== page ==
THIS IS FRIENDSHIP?
As Reported in SI last week, Kansas City prides itself on its friendliness and outdid itself to welcome, as friends, the friendless Athletics from Philadelphia. But even friendship has its limits, and now comes the report that a fan, leaving the Municipal Stadium after the A's 29-6 defeat by the Chicago White Sox, muttered ominously: "I just hope those A's will realize that friendship is a two-way street."
ROBINSON, THE AVENGER?
Just Like the Lone Ranger and Mickey Spillane's Mike Hammer, Jackie Robinson of the Dodgers has appointed himself avenger of injustices, but with a new gimmick that neither the Ranger nor Mickey Spillane has thought of up to now. Robinson seeks to punish the culprit just like his fictional counterparts, but if the culprit eludes him, he is not dismayed. He simply punishes someone else.
Thus, in the fourth inning of the second game of the Dodger-Giant series, Jackie decided that Sal Maglie had deliberately thrown at several players, including Robinson. It was a reasonable inference. Roy Campanella, for instance, had had to hit the dirt. He got up to strike out. Robinson, next up, made plain his avenging strategy. He would bunt down the first-base line, draw Maglie over to field the ball and then, as Jackie Gleason says, "Powie! Right on the kisser!"
Maglie's first pitch was wide, but Robinson pushed the second one toward first according to plan. But Maglie, no fool, was buying none of that. He let Whitey Lockman field the ball while Davey Williams ran over to cover first. Williams, who weighs 165, took the throw, tagged the bag, and then—as if he were Sal Maglie himself—received the bruising force of Robinson's shoulder, with 210-pound Robinson behind it, full in the midsection. It sent Davey sprawling, knocked the wind out of him and emptied both benches as Giants and Dodgers rushed out to hate each other with everything short of blows.
In the clubhouse, Robinson innocently declared the whole thing to be an "accident," but he smiled and nodded as teammates, including Manager Alston himself, kept coming up to congratulate him. Over on the Giants' side, Leo Durocher, a study in high blood pressure, choked out: "Nothing to say—nothing to say about anything!"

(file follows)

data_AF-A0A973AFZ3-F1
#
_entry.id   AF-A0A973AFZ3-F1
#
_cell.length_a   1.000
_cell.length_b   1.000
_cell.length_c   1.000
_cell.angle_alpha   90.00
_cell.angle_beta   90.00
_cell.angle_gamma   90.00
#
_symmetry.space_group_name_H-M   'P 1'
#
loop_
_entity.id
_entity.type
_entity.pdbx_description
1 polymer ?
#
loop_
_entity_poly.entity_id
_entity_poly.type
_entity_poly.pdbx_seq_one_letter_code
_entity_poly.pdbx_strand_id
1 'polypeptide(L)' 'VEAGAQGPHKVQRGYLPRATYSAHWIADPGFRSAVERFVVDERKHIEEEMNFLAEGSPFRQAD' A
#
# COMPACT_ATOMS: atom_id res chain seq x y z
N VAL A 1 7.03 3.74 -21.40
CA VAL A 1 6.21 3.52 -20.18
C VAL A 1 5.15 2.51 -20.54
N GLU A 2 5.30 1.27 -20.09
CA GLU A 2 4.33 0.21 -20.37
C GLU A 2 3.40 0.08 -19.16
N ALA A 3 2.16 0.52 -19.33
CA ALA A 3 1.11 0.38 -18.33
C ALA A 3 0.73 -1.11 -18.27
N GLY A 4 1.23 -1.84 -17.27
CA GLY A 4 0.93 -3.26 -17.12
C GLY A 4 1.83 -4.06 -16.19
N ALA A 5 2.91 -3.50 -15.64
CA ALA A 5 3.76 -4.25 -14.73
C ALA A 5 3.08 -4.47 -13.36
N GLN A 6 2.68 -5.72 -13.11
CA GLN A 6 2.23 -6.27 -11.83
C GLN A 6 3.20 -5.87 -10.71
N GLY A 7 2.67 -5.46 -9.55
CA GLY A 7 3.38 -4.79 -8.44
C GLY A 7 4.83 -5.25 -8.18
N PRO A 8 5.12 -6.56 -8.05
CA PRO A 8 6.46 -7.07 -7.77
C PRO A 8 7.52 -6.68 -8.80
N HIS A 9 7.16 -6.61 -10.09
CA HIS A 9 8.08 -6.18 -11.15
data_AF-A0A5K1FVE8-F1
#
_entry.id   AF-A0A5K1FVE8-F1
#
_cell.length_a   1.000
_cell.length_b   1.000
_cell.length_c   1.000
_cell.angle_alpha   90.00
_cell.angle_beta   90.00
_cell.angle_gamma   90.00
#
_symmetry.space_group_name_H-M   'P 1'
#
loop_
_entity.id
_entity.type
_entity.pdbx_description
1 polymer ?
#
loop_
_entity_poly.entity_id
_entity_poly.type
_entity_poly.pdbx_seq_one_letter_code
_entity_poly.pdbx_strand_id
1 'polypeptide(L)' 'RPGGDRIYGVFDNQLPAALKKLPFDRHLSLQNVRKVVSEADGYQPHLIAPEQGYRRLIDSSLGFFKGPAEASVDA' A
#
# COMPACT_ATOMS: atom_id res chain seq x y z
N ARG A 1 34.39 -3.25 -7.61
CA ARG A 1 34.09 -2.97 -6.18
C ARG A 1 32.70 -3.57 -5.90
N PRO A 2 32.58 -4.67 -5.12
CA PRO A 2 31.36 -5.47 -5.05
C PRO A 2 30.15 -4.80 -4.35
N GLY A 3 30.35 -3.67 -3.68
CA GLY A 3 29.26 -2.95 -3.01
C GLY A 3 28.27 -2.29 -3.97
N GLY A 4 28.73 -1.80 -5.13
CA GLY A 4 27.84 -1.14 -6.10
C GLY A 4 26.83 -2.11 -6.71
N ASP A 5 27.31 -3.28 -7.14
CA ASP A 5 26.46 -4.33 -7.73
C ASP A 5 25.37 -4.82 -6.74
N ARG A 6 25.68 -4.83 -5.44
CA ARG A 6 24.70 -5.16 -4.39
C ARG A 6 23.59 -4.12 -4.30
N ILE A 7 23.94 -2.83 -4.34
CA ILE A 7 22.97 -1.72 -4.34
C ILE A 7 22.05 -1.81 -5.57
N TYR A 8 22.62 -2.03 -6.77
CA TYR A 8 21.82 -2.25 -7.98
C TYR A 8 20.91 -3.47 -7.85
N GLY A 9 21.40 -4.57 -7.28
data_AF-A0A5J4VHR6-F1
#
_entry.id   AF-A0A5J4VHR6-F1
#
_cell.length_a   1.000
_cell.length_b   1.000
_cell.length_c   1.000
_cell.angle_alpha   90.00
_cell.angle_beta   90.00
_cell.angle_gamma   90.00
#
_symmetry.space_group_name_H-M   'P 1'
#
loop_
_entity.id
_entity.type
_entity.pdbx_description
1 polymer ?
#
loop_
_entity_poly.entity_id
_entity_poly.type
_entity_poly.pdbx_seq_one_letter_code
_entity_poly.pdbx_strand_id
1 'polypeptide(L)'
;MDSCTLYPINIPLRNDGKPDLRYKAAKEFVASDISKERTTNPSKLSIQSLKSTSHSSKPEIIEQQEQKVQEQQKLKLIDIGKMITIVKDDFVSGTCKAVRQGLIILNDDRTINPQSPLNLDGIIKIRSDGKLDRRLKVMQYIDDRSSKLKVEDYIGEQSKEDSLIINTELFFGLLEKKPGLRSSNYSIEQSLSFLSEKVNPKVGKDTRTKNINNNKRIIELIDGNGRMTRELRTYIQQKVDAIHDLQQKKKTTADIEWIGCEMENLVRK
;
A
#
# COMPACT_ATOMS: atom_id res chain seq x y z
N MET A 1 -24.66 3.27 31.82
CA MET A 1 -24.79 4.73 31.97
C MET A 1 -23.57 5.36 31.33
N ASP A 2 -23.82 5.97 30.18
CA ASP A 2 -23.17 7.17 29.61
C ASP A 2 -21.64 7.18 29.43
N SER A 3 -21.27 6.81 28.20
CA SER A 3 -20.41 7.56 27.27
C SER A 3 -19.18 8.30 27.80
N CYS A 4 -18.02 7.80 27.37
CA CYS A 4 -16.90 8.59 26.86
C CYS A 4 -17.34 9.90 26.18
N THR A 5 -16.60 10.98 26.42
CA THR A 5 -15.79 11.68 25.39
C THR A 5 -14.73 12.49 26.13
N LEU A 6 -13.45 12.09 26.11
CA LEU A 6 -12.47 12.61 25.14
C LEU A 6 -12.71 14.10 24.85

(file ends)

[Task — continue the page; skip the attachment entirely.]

It seems that pitchers facing the Dodgers in future should take warning. Dust off a Dodger and Jackie Robinson will clobber you. Or somebody.
DERBY FUTURE BOOK
Until The Bettors take over at Churchill Downs' pari-mutuel windows on the afternoon of May 7, the world's most authoritative source of odds on the Kentucky Derby is a sedate-looking citizen of Tijuana, Mexico named John Alessio. A transplanted West Virginian who favors horn-rimmed glasses and gray flannel suits, Alessio looks exactly like a prosperous Rotarian, which he is. He is also the manager of the Caliente Future Book and one of the best-known bookies in North America.
Into Alessio's mailbox, beginning in late March, come bets from the 132,000 subscribers to the weekly issues of his Future Book, which offers early, attractive odds on Derby hopefuls long before owners decide which horses will enter the race. One day's mail recently included bets from such widely scattered folk as an insurance agency manager in Alabama, an Oregon attorney and a Trenton, N.J. housewife ($6 on Trentonian). Others came from as far away as Guam and Eire. Of the mailing pieces which draw these replies, Alessio says: "Show me one place where we solicit a bet. Do you see one thing which says you must bet? I only send you a communication telling you what prices are if you want to bet."